It is a very human way of thinking to suppose that God desires some sort of extravagant Holy place to live in that is strictly separate from us. That Creation is too tainted for God—that we are too tainted for God—and that He can’t bear to be near all of that tainted-ness. I could blame it on King David—the temple in the Old Testament was his big idea, after all—but the truth is that he probably got that idea from another nation that had built fancy temples for their gods that he had seen while on one of his war campaigns. It would seem that no matter who we are, or in what time period we live in, hierarchy comes naturally to us. Because God is King, this is His world, and He is good, He needs this elaborate, sacred place to live that is far, far away from all of our un-sacred crap. And to David’s credit, God did go along with the temple idea. God moved His presence into the temple, and He stayed there for centuries, until Judah’s idolatry got out of control and the Babylonians came. And it’s this picture of God living in the temple like He did in the days of the kings that is what Cleopas and his friend are talking about on the Emmaus Road in today’s scripture. They had hoped that Jesus would be the one to redeem Israel. They had hoped that He would be the one to take Israel back to its glory days—when Israel was prosperous, and the other nations feared the great God who was Israel’s true King and who gave them success.
But it would seem that those particular glory days are not the ones that God wants to go back to. God seems to want to push the reset button entirely. He wants to go all the way back to the Burning Bush and to the Garden of Eden—when He walked alongside us, lived among us, and appeared to us in the form of ordinary plant life. God wants to have theological conversations on roads to remote villages with us. He wants to break bread with us. He wants to hang out in a Chili’s with us. He wants to go to the grocery store with us, and to the park with us. God wants to live in our hearts, no matter where our hearts might take us. Simply put, God wants us. He wants to be with us. He wants to be in the thick of it all with us—even in those moments that we might think are mundane, profane, or unimportant. The entire world is Holy Ground, for no reason other than that God created it, and it is within this beautiful, broken world that He chooses to dwell with us.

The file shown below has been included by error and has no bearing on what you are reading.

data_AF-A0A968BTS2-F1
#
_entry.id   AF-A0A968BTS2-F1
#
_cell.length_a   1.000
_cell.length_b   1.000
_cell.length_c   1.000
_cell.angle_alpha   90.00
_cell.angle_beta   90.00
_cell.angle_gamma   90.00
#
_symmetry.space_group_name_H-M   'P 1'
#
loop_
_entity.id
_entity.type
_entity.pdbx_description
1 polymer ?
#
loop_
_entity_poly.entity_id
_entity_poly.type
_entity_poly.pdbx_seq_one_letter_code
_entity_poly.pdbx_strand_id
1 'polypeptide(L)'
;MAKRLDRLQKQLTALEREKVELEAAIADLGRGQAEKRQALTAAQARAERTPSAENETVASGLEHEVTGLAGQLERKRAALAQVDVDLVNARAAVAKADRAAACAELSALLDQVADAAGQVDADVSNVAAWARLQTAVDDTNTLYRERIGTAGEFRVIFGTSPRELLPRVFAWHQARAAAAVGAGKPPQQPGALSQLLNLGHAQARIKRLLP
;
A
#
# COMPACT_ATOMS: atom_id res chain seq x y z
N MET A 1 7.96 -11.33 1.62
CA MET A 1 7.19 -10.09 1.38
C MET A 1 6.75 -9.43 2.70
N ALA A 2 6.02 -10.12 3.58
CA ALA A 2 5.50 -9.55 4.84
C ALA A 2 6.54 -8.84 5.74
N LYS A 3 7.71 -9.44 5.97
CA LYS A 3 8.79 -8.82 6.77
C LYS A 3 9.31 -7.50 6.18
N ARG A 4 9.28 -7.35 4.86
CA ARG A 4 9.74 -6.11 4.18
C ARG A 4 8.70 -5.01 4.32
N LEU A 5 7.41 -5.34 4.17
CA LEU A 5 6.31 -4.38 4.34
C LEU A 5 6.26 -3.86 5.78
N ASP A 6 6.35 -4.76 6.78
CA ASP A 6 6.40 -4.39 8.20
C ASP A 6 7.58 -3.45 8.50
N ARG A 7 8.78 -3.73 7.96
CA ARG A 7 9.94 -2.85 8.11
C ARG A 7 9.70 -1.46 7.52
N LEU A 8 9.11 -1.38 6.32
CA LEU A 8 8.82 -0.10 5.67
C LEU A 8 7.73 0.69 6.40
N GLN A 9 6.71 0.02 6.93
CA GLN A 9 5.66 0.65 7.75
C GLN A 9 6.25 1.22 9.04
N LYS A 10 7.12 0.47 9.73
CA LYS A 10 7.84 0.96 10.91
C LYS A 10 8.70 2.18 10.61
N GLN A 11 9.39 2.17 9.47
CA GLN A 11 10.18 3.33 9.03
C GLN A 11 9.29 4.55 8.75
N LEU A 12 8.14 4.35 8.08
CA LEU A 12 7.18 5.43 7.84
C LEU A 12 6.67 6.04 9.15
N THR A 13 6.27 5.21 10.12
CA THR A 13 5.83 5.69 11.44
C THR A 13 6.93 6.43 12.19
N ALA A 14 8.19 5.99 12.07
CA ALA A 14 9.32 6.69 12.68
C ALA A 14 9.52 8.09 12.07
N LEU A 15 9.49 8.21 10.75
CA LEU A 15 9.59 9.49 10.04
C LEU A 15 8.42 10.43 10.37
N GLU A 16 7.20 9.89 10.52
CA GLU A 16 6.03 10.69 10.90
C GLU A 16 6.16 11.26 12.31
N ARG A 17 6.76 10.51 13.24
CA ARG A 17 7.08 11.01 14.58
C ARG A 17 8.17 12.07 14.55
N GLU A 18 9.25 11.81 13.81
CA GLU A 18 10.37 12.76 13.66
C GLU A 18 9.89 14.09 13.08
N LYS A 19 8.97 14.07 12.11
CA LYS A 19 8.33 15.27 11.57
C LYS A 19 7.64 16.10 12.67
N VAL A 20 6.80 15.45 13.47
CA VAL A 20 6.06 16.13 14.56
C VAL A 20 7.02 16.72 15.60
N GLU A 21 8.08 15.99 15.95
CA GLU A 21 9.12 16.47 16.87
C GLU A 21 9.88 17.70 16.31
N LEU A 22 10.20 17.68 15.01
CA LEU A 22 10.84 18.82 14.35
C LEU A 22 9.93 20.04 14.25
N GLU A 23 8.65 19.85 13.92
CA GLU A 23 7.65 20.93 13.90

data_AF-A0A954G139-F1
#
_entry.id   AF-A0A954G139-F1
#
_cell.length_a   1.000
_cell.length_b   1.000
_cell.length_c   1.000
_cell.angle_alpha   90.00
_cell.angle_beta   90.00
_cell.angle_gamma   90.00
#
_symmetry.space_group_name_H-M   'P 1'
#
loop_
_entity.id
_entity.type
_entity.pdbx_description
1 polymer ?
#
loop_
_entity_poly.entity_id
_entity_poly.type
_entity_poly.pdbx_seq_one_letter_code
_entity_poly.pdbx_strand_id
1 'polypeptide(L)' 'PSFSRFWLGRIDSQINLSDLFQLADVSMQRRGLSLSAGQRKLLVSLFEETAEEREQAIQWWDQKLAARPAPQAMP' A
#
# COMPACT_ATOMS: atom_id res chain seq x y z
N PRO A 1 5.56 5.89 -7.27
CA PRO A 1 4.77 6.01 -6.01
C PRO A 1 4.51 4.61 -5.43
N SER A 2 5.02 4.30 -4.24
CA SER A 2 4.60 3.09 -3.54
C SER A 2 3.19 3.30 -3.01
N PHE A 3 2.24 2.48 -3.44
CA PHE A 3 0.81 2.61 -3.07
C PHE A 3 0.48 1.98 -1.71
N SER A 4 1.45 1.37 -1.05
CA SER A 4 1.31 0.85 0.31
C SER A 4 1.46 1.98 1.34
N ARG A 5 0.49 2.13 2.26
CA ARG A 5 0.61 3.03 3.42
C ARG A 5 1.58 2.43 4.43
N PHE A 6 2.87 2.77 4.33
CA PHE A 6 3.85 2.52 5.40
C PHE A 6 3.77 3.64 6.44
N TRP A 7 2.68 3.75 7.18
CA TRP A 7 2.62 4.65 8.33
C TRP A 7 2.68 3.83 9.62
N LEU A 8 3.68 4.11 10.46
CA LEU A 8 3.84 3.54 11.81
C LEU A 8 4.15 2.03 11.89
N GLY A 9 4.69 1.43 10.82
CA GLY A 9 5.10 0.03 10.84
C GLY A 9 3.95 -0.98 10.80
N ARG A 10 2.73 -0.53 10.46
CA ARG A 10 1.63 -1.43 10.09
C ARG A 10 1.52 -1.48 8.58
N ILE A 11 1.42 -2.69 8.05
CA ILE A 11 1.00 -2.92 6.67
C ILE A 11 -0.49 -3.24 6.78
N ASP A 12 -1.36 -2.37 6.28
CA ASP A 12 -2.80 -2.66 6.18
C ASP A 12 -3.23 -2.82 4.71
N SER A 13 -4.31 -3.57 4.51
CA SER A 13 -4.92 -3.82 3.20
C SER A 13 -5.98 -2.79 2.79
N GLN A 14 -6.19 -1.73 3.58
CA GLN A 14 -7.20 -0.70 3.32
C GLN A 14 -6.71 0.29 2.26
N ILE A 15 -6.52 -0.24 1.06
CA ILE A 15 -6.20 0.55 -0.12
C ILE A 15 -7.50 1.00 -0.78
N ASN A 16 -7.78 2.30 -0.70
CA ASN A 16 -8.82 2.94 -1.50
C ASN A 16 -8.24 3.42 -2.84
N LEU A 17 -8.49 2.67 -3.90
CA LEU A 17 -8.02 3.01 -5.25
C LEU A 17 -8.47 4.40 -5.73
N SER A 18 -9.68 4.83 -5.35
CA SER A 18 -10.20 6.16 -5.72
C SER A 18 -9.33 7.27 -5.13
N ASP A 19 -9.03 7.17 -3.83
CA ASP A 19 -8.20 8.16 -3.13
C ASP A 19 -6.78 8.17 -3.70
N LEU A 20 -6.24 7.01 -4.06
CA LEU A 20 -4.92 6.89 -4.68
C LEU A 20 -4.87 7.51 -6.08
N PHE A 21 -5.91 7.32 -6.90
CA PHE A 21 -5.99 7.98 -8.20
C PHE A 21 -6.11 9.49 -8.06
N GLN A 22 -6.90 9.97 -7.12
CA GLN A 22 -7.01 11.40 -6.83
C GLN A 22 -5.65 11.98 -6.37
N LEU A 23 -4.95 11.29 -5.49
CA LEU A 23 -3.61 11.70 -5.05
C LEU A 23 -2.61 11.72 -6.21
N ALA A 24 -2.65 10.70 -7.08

I know that it isn’t always easy to believe that sometimes. When you’ve been stuck in your house since March, and you’ve been staring at the same four walls, day in and day out, its hard to believe that God is there, ready for some quality time with you. When the baby needs fed, your toddler is coloring on the wall, and your other kid is crying over their math homework, it’s hard to believe that God would want anything to do with that chaos, let alone that He’s with you in the house. When you hate your job, or when you have that one coworker who pushes your buttons and who makes your workdays miserable, its hard to imagine that the presence of God is anywhere in the building. Or in the people who you work with. But He is. We just have to pay attention. We just have to look. God is always there, able to transform daily tasks like cooking dinner, gross jobs like cleaning up dog poop, and annoying moments like having to scrape crusted cheerios off of the kitchen floor into Holy moments where we can connect with Him. He wants to be with us, even in the mess. Even when we’ve lost our tempers and let a bad word slip. Even in those moments that seem hopelessly meaningless, and make you fear that you’re not doing anything valuable with your life. God has made a home, right here in our daily lives, and He’s all in.